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September 1995

Diagnosis and Successful Medical Treatment of Acanthamoeba Keratitis

Author Affiliations

From the Department of Ophthalmology, University of Florida College of Medicine, Gainesville.

Arch Ophthalmol. 1995;113(9):1120-1123. doi:10.1001/archopht.1995.01100090046021

Objective:  To identify the methods that result in timely diagnosis and effective treatment of Acanthamoeba keratitis.

Methods:  We retrospectively reviewed the medical records of 12 consecutive patients whom we treated for culture-proved Acanthamoeba keratitis in 14 eyes.

Results:  Contact lenses were worn in 13 of 14 affected eyes and substandard methods were often used to care for them. The diagnosis was established in all patients by laboratory analysis of corneal scrapings; corneal biopsies were not required. Acanthamoeba organisms were identified on smears from 12 of 14 eyes with use of standard, nonfluorescent stains and recovered in culture from all patients by inoculating scrapings on nonnutrient agar overlaid with Escherichia coli. Eleven of 14 eyes were medically cured with a combination of antiamebic drugs, most commonly propamidine isethionate, neomycin sulfate, and clotrimazole. Topical corticosteroids were used in only one patient. Two of the three eyes that required therapeutic keratoplasty were not treated before surgery according to our usual protocol; the third required keratoplasty for treatment of a severe bacterial superinfection. Twelve of 14 eyes recovered 20/50 or better visual acuity. Bacterial superinfections were a serious problem, with a total of six superinfections occurring in three treated eyes.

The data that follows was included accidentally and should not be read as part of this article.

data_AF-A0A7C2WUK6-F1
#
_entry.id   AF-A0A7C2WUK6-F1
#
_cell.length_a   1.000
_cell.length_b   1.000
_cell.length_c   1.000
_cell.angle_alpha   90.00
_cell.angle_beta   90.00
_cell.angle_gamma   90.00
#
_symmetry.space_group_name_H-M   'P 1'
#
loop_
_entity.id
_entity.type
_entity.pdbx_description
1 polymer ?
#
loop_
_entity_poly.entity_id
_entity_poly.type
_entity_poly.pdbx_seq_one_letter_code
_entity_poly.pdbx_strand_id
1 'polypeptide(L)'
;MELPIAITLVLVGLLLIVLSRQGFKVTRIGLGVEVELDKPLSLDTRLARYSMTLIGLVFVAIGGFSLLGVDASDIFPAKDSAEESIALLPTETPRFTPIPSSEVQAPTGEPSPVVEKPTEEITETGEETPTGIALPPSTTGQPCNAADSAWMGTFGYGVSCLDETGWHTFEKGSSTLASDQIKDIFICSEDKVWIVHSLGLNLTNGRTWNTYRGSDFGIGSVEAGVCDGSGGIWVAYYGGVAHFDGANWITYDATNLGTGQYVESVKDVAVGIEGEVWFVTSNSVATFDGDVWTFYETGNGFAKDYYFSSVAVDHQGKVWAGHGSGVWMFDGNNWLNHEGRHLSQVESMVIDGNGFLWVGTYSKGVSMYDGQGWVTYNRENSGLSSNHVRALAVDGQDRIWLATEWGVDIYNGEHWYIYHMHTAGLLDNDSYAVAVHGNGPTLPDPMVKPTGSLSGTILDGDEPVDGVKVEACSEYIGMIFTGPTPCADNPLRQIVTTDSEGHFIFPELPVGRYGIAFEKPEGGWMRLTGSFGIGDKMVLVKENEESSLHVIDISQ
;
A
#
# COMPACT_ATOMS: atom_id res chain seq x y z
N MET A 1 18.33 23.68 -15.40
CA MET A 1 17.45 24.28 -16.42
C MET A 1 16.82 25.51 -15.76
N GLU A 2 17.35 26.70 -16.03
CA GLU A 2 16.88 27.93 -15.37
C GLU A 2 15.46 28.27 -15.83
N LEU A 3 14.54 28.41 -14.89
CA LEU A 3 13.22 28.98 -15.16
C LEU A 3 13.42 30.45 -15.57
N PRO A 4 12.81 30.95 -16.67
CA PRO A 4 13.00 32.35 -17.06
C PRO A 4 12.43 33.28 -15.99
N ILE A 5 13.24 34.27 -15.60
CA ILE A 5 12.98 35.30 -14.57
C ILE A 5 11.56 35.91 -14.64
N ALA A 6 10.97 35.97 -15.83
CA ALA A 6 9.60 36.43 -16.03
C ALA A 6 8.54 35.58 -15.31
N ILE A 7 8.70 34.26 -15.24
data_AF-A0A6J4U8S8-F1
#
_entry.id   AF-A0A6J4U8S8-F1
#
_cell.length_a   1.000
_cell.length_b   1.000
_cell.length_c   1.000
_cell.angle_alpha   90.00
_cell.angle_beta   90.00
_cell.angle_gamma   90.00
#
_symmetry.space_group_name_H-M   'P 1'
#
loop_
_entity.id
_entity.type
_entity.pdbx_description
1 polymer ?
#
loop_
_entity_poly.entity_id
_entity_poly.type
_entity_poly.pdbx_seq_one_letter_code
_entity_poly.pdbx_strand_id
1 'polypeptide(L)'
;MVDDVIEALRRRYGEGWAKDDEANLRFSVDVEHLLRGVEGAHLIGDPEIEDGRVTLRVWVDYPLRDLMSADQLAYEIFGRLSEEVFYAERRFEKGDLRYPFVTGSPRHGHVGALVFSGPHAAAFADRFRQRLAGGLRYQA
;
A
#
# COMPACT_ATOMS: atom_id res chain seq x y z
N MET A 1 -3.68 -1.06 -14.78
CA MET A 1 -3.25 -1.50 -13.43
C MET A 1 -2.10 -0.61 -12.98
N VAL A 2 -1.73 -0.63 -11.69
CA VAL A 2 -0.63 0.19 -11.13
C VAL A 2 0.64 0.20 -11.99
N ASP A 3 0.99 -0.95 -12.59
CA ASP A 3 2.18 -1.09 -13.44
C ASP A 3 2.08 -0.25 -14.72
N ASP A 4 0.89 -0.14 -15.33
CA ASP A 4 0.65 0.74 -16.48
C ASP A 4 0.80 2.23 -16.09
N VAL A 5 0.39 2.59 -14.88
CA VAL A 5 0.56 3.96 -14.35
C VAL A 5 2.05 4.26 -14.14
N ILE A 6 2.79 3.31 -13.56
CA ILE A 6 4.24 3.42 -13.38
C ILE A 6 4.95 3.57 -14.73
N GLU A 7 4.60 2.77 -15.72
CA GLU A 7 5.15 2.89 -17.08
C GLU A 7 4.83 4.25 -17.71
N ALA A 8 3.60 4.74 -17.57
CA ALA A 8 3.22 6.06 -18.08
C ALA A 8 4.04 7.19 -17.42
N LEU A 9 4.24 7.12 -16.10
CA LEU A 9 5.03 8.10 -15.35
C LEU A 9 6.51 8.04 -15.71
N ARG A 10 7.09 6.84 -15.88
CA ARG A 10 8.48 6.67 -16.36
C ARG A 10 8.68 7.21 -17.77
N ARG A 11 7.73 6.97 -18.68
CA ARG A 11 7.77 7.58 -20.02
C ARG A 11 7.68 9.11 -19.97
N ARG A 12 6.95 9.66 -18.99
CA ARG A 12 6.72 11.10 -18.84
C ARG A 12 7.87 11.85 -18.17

Conclusion:  With timely diagnosis and medical treatment with a combination of antiamebic drugs and avoidance of topical corticosteroids, most cases of Acanthamoeba keratitis can be cured, with an excellent prognosis for visual recovery.

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